Example 05: Build systems


Remember that (very annoyingly) the indented bits of Makefiles must use a <TAB> and not spaces.

Let’s start with a toy project that contains R code to create a figure in PDF format, a markdown file for an article that includes that figure, and a Makefile that contains instructions to produce the articlea as a PDF file. It lives in files/examples/_make-example/ and looks like this:

ls files/examples/_make-example

I’ve put this project on GitHub as well if you want to clone it and practice with it. The Makefile looks like this:

# NOTE: install the pandoc-crossref filter if you don't already have it
# e.g. brew install pandoc-crossref

# The output file `mypaper.pdf` depends on `mypaper.md` and `fig1.pdf`
mypaper.pdf: mypaper.md fig1.pdf 
	pandoc -F pandoc-crossref mypaper.md -o mypaper.pdf

# The output file `fig1.pdf` depends on `fig1.r`
fig1.pdf: fig1.r
	R CMD BATCH fig1.r

# Clean target
.PHONY: clean

	rm -f mypaper.pdf
	rm -f fig1.pdf
	rm -f fig1.r.Rout

In this Makefile the final output is a PDF called mypaper.pdf. In order for it to be made we have to run pandoc on mypaper.md. But the text of mypaper.md includes a reference to the figure, fig1.pdf. So whenever we make mypaper.pdf we should make sure that fig1.pdf is up-to-date. We say that mypaper.pdf being current thus depends on fig1.pdf also being current. That’s what the line

mypaper.pdf: mypaper.md fig1.pdf

means in the Makefile. It’s saying mypaper.pdf depends on both mypaper.md and fig1.pdf. And the tabbed-in lines under the target line are the actual commands that produce mypaper.pdf, which in this case is just a pandoc command that takes mypaper.md produces mypaper.pdf from it.

Meanwhile fig1.pdf is created by an R script called fig1.R, which is what the second target line says. And fig1.pdf is created by the tabbed-in line R CMD BATCH fig1.r

In class and on the slides we covered the idea of targets (intermediate or final output files) and their prerequisites in more detail. A Makefile is a recipe for producing outputs from targets. We can see what make will do with our project by running make --dry-run. If we have not done anything get should see this:

# Rendering live means we have to switch into the project directory
cd files/examples/_make-example
make --dry-run

This is the sequence of shell commands make will run we type make at the console and hit enter. The result will be that first fig1.pdf and then mypaper.pdf will be created. In order to produce mypaper.pdf we first need to make fig1.pdf and so the command associated with the fig1.pdf target gets run first. The --dry-run switch means they are just echoed to the console, not executed. Once we’re happy with how they look, we can do it for real:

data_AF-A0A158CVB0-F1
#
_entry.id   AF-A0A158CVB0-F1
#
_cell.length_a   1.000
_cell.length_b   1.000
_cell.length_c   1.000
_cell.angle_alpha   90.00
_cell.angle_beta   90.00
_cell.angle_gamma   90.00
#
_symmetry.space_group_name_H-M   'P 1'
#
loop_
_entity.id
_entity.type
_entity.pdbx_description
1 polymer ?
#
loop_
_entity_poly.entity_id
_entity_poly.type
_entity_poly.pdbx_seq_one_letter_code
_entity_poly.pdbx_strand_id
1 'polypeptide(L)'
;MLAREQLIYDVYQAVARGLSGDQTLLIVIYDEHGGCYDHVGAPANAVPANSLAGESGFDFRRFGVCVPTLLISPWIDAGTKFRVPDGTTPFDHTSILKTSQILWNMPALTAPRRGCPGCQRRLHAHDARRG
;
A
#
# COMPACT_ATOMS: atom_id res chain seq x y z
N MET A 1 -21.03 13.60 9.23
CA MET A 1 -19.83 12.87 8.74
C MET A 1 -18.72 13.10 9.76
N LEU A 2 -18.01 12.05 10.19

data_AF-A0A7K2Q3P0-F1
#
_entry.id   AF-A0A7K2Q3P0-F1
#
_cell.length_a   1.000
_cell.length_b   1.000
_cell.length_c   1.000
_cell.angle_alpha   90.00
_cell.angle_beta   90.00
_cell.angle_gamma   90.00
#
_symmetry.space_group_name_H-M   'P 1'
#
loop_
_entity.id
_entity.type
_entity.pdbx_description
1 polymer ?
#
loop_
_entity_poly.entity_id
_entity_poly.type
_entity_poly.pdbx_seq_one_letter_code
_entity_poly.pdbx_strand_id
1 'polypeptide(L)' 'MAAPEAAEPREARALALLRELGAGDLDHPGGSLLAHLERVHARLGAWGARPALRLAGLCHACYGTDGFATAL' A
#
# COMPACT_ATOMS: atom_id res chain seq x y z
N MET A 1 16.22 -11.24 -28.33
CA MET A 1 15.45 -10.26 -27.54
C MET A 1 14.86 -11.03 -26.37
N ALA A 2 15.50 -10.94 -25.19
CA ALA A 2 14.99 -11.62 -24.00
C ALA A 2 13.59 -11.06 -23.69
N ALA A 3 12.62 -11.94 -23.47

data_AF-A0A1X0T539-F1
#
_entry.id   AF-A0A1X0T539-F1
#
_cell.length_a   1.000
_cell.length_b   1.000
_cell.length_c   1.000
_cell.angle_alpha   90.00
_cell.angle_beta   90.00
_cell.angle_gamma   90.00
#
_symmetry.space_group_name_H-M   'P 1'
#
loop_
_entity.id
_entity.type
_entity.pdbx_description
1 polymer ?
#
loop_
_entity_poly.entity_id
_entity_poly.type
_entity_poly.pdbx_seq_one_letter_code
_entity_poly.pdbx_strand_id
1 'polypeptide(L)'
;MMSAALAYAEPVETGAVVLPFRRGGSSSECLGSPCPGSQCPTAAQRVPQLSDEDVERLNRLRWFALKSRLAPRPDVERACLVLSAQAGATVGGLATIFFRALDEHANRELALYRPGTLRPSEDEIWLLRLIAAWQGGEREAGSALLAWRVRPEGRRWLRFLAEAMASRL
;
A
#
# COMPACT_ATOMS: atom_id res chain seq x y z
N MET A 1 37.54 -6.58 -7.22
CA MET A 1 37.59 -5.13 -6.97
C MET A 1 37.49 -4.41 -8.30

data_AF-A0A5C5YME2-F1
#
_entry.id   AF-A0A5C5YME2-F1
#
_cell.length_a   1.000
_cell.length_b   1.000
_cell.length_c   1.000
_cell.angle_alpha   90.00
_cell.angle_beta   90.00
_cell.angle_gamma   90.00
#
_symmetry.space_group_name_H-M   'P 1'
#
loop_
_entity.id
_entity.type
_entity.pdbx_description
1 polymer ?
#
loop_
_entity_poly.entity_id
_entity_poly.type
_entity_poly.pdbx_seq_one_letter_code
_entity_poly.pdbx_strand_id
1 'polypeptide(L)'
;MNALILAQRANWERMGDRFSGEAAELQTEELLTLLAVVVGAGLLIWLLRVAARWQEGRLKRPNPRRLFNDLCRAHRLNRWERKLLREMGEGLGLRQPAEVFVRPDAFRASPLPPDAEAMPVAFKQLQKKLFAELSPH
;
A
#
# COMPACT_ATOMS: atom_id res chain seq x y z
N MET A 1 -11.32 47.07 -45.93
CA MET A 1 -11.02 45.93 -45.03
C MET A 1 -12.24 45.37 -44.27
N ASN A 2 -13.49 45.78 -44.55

cd files/examples/_make-example

And our output files have been created, along with a log for the R script:

ls files/examples/_make-example

Now if we type make again (without editing either mypaper.md or fig1.r) we will get this:

make: `mypaper.pdf' is up to date.

Nothing is re-run, because nothing needs to be done.

The other target in the Makefile above is called clean and is associated with a list of commands that remove the output targets and some intermediate files too. You run make clean when you want to return the project to a state where no targets have been made and there are no extraneous log files (etc) hanging around the project folder. You have to specify what that clean state is, in the sense that you must write the commands to remove the specific files or folders you want gone. Here you can see we define the clean target to mean “delete (without asking for confirmation) the files mypaper.pdf, fig1.pdf, and the R log file fig1.r.Rout”.

cd files/examples/_make-example
make clean

And now the outputs are gone:

ls files/examples/_make-example

You can make any target in this way, by writing make <target_name>. Here we have two output targets, fig1.pdf and mypaper.pdf. So we could type, for example, make fig1.pdf and only that target would be produced (and only its prerequisites would be evaluated).

Here I’ve made the names of the targets the same as the names of the files that eventually get produced, but that is not required. It’s the commands associated with the targets that produce the outputs. Those targets can be named whatever makes sense for the actions being performed. So for example we could call the fig1.pdf target figures and write make figures, or the mypaper.pdf target paper and write make paper.

Finally, the .PHONY line says “clean is a target that should be run if called, even though there are no files named clean. This is to get around the problem that make targets are usually files that get created, but for some operations (like cleaning up) no files are made, we just want make to run some necessary commands.

Things to try

  • As a next step, change some text in mypaper.md, for example by replacing my name with yours. What does make --dry-run show now?

  • Next, try editing the R code in fig1.r to make a slightly different figure. Now what does it show?

  • Makefiles can get much more complex, but the complexity is more or less (1) all along the lines of making your dependency graph more complex, with more steps in the chain before the final output is created, or (2) introducing variables that allow you to act on more than one file in a shorthand way. The make manual is well-written and clear. The only barrier is that many of its examples are focused on the chain of targets and prerequisites associated with compiling C programs.